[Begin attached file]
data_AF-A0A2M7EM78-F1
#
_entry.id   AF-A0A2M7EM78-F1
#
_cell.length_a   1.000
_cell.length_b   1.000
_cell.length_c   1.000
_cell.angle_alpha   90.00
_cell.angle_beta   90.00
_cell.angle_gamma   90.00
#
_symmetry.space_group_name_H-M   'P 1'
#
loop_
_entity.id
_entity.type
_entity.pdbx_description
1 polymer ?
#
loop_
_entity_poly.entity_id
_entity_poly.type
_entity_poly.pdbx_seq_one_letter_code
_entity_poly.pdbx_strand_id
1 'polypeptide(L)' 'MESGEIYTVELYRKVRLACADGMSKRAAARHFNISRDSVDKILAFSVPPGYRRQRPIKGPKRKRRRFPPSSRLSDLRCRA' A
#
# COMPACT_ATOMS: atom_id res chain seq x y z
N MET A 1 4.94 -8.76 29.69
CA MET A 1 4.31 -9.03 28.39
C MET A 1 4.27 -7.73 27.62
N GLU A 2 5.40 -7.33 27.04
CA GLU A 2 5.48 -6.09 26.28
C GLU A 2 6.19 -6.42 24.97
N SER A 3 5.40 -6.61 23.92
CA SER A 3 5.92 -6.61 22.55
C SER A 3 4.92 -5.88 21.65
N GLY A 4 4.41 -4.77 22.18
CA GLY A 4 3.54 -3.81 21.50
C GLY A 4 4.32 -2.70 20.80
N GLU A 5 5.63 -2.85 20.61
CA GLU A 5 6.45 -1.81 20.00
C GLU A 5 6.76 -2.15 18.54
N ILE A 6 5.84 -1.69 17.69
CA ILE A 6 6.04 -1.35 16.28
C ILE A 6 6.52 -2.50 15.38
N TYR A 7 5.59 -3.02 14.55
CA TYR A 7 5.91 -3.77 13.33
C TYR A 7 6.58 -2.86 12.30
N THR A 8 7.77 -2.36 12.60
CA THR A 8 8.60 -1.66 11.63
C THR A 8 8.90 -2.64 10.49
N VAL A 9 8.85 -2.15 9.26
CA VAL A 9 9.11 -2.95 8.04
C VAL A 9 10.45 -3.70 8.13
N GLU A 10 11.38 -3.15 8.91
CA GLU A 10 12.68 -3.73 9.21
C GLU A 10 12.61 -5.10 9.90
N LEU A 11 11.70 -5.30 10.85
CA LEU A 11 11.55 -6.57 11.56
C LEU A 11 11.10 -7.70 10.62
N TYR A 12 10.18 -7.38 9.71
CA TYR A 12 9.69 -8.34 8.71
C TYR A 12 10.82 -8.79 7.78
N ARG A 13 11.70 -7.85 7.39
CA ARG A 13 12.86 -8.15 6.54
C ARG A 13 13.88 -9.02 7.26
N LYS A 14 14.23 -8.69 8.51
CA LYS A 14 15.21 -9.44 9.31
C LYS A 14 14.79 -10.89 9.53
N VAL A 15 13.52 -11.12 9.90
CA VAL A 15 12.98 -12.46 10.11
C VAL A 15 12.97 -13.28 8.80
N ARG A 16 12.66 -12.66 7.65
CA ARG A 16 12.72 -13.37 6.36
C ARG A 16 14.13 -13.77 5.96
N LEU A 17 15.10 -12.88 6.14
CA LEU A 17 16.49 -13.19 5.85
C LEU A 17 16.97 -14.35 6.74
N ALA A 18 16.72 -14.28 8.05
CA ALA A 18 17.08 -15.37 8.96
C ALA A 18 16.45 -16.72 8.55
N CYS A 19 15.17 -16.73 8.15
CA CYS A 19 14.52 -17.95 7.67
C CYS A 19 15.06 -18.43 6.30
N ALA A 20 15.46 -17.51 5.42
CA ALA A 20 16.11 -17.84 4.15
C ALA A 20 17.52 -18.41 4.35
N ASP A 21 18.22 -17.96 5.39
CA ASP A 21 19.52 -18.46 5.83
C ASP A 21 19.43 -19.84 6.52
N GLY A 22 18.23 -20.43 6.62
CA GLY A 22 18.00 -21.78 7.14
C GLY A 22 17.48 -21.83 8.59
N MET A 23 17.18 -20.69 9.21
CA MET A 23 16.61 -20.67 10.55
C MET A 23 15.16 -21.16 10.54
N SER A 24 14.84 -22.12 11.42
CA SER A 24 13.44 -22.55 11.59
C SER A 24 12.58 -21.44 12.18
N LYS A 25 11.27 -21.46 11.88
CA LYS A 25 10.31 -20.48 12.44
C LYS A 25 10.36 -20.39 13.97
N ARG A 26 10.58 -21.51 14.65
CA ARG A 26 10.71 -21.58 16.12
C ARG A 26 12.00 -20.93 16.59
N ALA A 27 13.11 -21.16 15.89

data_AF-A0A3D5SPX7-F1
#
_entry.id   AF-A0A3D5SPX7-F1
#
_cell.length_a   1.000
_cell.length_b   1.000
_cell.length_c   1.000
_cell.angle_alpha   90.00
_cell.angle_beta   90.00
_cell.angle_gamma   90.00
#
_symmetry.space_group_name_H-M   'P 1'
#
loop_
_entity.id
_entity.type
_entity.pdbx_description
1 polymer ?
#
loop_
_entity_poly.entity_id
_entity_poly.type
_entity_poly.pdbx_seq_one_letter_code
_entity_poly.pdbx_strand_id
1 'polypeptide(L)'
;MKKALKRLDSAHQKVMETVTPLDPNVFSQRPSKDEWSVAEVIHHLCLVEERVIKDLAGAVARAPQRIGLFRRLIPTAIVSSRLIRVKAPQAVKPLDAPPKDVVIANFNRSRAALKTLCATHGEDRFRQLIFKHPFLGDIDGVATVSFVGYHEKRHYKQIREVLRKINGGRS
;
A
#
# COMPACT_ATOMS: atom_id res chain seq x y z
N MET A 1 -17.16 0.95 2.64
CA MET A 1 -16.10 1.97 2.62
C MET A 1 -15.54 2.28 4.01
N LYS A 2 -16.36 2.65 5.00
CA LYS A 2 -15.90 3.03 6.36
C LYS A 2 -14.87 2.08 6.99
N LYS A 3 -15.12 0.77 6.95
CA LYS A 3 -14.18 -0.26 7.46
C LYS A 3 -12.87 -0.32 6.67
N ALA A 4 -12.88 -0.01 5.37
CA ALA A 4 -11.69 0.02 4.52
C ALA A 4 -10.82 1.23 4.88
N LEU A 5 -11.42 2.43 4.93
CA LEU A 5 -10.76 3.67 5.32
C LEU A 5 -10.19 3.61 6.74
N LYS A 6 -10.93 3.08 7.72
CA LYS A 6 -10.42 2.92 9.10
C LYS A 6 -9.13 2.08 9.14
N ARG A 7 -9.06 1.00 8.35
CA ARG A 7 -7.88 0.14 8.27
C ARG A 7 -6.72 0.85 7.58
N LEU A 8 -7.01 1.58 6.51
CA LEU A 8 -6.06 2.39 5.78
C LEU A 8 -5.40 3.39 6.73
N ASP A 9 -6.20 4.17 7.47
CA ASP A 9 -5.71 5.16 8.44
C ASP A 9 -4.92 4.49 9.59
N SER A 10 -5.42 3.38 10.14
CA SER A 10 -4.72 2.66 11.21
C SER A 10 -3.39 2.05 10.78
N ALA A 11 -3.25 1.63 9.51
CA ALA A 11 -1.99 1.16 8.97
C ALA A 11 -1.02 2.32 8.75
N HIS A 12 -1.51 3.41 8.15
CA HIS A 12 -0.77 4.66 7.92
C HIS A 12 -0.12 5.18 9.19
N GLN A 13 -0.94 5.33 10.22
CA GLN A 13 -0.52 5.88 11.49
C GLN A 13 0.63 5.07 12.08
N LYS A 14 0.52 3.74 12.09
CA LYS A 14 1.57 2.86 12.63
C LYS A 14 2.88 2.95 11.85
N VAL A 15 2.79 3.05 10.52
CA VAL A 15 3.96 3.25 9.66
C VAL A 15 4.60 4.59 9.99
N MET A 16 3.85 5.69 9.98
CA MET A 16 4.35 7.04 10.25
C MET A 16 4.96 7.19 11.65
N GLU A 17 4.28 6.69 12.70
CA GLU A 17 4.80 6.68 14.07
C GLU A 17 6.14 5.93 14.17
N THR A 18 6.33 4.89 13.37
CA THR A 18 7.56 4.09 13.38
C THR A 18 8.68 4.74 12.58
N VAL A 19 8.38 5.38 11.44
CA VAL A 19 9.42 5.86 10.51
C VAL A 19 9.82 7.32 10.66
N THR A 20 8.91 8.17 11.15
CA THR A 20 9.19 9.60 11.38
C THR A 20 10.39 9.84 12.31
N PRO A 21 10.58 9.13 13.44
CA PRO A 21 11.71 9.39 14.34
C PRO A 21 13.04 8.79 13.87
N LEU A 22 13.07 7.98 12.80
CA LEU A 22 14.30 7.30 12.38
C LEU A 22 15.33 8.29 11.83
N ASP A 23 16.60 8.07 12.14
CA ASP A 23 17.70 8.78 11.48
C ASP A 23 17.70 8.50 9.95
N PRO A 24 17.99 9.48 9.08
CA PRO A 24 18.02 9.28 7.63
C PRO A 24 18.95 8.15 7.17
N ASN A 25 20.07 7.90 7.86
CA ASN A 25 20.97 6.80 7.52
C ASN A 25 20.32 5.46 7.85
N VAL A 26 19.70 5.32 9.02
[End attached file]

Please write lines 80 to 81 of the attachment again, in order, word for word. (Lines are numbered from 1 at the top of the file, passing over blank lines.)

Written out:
CA ALA A 18 17.08 -15.37 8.96
C ALA A 18 16.45 -16.72 8.55